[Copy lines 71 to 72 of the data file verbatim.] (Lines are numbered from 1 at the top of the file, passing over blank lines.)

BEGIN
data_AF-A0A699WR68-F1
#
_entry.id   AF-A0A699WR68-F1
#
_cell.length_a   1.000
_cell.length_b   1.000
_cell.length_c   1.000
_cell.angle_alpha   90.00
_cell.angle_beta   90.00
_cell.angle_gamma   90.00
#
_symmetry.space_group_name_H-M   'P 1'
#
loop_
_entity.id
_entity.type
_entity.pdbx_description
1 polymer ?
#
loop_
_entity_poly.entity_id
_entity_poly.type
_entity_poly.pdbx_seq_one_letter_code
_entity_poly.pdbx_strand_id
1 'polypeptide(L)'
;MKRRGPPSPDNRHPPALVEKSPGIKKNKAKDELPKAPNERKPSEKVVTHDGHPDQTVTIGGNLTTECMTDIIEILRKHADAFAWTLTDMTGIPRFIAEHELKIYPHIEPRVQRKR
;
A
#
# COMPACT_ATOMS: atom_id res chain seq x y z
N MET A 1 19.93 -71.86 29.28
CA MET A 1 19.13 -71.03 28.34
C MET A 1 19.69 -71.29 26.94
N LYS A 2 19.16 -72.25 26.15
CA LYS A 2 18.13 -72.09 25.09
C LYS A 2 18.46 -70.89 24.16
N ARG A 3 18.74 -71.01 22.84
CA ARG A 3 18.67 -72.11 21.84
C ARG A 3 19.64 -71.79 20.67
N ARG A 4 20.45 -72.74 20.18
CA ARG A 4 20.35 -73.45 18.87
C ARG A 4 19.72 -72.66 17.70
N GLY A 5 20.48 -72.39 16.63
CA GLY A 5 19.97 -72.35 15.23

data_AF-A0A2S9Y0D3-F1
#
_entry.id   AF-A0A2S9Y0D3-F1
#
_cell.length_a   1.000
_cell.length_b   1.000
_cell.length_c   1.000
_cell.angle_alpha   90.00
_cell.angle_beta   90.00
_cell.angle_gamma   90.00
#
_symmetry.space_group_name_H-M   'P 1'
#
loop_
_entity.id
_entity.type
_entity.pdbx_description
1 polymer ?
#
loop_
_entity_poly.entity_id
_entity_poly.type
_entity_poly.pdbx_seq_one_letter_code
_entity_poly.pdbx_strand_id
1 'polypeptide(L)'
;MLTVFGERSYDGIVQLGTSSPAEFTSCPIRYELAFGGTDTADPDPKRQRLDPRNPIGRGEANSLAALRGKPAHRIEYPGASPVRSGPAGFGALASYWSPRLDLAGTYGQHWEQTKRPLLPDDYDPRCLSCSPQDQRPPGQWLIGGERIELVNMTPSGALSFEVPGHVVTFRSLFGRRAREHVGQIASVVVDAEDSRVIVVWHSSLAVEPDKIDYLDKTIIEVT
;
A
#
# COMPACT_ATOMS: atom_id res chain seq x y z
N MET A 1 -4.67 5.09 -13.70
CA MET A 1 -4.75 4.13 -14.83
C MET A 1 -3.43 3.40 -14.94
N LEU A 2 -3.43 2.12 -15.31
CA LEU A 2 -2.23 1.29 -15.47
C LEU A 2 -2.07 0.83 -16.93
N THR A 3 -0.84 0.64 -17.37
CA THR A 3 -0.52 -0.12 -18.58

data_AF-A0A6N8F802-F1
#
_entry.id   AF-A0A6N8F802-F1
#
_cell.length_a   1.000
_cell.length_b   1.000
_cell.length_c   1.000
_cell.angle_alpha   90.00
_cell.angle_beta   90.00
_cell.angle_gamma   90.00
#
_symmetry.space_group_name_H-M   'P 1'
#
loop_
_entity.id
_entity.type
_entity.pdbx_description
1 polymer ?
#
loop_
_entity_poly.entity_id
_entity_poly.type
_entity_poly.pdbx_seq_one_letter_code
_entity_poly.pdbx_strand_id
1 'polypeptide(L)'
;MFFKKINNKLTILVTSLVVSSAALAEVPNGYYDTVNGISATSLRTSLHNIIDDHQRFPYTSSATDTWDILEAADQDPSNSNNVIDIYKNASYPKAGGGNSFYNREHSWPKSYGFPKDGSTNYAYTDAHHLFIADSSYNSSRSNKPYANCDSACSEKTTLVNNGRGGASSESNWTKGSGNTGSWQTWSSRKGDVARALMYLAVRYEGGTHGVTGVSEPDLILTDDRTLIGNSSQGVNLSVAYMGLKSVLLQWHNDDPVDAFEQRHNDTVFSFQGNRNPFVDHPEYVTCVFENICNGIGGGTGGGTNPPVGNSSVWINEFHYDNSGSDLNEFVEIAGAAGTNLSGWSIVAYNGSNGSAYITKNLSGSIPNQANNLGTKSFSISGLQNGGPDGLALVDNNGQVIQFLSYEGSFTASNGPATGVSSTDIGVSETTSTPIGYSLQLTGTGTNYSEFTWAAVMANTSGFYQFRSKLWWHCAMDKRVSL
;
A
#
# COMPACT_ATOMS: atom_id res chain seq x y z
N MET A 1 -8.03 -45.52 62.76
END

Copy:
;
A